Tom Perrotta on Suburbia
Thomas R. Perrotta is an American novelist and screenwriter best known for his novels Election (1998) and Little Children (2004), both of which were made into critically acclaimed, Golden Globe-nominated films. Perrotta co-wrote the screenplay for the 2006 film version of Little Children with Todd Field, for which he received an Academy Award nomination for Best Adapted Screenplay.
Perrotta: I live right outside of Boston. I live about 5 miles away, so, it’s a real inner suburb. It’s not a phenomenon that you could really find in New York. We have a small town that’s that close to the city, you know, and I really find that to be a nice way to live because you have, you know, the best of both worlds in a sense. The thing I’ve been really thinking about lately was what happened with the gas prices over the summer when they spiked up to $4 a gallon. You know, they’ve since dropped because we’re in the midst of this financial crisis, but at the time I was thinking very frequently about, in the Boston area, if you wanted to buy a house for under, say, $300,000, you’d have to move out of the city maybe like 45 minutes and you had a long commute, and I know there are people outside of LA who do this as well. Outside of every major city, outside Atlanta, you know, you have to drive 45 minutes to an hour or more both ways, you know, to get to and from work, and I really felt like we’re on the verge of that whole suburban lifestyle, being economically untenable, that there’re going to be this distant… But I think, you know, some planners have been talking about this. There’re going to be these suburbs that are in a fact are going to be like inner city ghettos. You know, they’re going to be abandoned and they’re going to become, you know, there’re going to be a couple of houses that are inhabited on a street full of, you know, boarded up, big old homes. You know, it may be a dystopian vision that is too extreme, but you can see how that could happen, and you can see, you know, the values of homes near the city and near public transportation shooting up and the value of homes, you know, half hour or more from the city, you know, really plummeting and, you know, just a big demographic shake up in our culture and a lot of anger, I think. You know, you can see the beginnings of it in terms of people, you know, realizing they can’t drive their SUVs and, you know, people realizing that they’ve built homes that were too big. I mean, I think it’s going to seem pretty shocking, you know, 50 or 100 years down the line for people to think that in the 1990’s and, you know, early 2000, people were building these gigantic houses and driving these gigantic cars, even though they knew that, you know, it wasn’t sustainable economically, that we just didn’t have the oil to, you know, to do it.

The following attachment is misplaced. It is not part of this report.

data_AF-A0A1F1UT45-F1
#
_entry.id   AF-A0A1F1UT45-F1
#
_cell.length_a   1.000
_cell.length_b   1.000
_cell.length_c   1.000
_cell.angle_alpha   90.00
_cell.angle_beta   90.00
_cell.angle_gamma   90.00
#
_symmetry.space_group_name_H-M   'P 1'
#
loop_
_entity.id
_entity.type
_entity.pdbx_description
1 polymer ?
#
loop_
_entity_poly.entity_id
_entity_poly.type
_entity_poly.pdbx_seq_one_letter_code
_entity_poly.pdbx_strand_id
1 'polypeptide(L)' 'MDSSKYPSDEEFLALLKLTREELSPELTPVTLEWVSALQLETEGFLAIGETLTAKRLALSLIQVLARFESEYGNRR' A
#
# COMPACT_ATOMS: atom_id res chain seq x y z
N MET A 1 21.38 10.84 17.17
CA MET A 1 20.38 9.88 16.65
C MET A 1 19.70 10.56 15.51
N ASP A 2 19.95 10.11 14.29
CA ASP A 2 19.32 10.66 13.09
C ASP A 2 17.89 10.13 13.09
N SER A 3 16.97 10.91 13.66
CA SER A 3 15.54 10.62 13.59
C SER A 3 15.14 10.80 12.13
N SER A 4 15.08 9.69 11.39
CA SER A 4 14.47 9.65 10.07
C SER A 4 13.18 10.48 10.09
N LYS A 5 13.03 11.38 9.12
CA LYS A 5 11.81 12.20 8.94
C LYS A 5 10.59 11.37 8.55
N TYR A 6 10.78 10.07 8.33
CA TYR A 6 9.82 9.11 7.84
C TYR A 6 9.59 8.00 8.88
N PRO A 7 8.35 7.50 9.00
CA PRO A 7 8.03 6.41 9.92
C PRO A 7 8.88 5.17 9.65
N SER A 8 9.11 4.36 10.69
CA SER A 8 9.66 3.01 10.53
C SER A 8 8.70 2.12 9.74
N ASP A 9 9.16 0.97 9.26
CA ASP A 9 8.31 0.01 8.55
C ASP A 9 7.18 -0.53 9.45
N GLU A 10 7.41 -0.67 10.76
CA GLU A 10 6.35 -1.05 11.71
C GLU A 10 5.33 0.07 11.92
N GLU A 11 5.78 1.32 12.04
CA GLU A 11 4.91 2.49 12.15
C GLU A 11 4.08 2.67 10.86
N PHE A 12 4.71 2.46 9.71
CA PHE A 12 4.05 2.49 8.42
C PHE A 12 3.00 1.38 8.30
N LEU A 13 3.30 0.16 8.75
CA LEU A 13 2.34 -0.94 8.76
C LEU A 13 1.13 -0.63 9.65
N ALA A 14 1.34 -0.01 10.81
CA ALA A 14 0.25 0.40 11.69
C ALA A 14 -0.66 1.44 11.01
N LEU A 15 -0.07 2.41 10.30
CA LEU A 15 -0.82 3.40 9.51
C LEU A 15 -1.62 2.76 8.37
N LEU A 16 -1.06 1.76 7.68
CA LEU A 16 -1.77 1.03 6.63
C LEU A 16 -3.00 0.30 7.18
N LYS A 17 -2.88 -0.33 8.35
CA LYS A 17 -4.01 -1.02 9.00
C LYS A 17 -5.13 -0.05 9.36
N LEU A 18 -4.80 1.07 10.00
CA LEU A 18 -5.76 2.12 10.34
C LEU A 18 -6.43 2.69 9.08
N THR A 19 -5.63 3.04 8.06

Tom Perrotta forecasts the new suburban dystopia.
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